Integrative Medicine

The Integrative Medicine Program at the Department of Family Medicine and Community Health is a collaboration with The Institute for Family Health, a network of 32 health centers in Brooklyn, the Bronx, Manhattan, and Dutchess and Ulster Counties in the Mid-Hudson Valley.

Education, health services, and research initiatives all support our core mission of providing access to safe, cost-effective and evidence-based integrative primary care, with a focus on those who are medically underserved.   

We also partner with our colleagues throughout Mount Sinai Health System. As part of a large health system, we hope to bring together information on the wide-ranging clinical, educational and research initiatives on integrative approaches offered at Mount Sinai in order to create awareness, dialogue and opportunities for collaboration.

Below are some current developments, opportunities, communications, and dissemination of integrative initiatives and events:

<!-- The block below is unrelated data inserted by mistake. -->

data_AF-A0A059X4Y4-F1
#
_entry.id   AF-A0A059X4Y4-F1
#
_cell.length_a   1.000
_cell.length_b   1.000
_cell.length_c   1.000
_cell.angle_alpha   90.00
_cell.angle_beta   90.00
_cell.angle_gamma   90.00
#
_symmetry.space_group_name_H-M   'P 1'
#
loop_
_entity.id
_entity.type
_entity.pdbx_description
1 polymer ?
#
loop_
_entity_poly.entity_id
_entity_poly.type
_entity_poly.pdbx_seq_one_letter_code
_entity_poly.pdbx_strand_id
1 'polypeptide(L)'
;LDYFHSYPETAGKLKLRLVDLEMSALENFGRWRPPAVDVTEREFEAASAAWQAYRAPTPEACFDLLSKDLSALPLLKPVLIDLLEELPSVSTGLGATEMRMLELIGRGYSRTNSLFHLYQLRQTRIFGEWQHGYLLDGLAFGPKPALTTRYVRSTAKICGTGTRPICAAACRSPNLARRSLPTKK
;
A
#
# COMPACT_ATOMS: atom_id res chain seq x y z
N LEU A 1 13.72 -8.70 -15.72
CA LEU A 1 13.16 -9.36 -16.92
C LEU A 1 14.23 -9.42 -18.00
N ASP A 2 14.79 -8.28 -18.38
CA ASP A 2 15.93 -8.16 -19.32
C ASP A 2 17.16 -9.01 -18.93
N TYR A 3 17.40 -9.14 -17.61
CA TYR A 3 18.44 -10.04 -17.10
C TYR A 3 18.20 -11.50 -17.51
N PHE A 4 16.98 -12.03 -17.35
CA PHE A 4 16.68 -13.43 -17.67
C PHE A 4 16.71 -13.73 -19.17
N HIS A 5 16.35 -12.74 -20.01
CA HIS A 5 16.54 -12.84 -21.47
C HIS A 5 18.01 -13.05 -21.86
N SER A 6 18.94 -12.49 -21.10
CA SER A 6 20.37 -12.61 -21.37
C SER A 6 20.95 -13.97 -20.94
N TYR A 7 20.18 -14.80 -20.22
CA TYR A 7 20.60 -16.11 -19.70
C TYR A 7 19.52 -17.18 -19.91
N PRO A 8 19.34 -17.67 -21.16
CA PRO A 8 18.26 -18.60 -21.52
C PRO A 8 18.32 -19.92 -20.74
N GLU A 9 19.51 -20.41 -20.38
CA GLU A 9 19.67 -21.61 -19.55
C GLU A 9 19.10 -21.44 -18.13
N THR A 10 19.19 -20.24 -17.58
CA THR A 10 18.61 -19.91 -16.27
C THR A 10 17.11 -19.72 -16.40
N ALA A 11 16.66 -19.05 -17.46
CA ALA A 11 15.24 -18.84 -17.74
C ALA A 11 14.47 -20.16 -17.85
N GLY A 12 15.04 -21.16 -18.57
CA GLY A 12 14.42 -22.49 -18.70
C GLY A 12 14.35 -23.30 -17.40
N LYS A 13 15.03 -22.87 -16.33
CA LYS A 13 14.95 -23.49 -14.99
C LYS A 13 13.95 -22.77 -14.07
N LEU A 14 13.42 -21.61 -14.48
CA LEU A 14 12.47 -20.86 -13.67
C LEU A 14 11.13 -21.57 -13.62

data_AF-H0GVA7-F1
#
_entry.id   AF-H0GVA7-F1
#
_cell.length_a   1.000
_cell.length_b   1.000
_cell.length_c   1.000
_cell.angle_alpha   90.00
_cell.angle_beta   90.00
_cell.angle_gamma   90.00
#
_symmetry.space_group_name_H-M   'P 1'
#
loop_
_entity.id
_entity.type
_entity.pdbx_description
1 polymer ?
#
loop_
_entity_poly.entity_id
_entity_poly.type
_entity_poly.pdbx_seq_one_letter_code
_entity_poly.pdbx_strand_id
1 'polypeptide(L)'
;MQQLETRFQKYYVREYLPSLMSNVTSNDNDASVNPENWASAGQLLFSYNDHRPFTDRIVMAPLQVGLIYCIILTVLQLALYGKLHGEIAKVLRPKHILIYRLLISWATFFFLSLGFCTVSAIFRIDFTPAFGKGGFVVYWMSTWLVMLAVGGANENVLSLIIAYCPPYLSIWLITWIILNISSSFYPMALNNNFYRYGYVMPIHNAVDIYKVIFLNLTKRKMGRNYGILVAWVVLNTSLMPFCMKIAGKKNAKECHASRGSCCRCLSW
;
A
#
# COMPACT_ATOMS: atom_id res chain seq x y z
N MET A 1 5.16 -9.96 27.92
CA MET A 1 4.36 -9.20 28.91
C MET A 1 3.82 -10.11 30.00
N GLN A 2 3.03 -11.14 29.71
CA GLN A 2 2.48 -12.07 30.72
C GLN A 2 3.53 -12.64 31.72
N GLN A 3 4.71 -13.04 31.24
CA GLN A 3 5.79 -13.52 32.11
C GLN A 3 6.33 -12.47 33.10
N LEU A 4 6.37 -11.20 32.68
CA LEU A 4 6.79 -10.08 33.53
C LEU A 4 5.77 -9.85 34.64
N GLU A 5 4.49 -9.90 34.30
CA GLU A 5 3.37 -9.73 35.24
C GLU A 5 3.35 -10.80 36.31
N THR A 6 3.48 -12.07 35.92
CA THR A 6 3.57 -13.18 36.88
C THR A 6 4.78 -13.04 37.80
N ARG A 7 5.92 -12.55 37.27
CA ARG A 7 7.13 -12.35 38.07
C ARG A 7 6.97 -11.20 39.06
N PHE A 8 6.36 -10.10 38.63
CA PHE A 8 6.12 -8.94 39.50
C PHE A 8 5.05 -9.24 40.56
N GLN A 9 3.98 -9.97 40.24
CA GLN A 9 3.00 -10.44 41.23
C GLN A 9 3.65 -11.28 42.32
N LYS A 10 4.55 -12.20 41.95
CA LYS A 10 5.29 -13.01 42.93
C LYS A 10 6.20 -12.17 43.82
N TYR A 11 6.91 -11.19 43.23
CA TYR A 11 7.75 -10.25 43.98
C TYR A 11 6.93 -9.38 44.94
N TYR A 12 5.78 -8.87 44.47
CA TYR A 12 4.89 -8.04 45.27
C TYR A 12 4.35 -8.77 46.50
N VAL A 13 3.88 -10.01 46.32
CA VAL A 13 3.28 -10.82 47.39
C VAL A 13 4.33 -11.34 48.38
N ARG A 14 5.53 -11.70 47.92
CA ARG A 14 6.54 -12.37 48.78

Principles of Integrative Medicine

Integrative medicine, as defined by the American Board of Integrative Medicine® (ABOIM) and the Consortium of Academic Health Centers for Integrative Medicine, is the practice of medicine that reaffirms the importance of the relationship between practitioner and patient, focuses on the whole person, is informed by evidence, and makes use of all appropriate therapeutic approaches, healthcare professionals, and disciplines to achieve optimal health and healing.

Specifically, these guiding principles include:

  • A belief in the benefits of interprofessional collaboration and openness to new ideas and approaches that help achieve better health outcomes
  • Partnering with patients in a context of open and honest communication and mutual respect
  • Using the power of the therapeutic relationship to support the healing process and to co-design a treatment plan that matches patients’ preferences and abilities
  • Seeking to understand and address the context of illness, healing and wellness including the social, psychosocial, environmental, community, physical, mental, emotional and spiritual aspects of the patient’s life
  • Focusing on prevention, wellness and patient health education, emphasizing the role of patient participation and self-care in both healing and prevention
  • Taking the time to focus on what is needed on a step by step basis, utilizing effective interventions that are natural and less invasive as the first line of treatment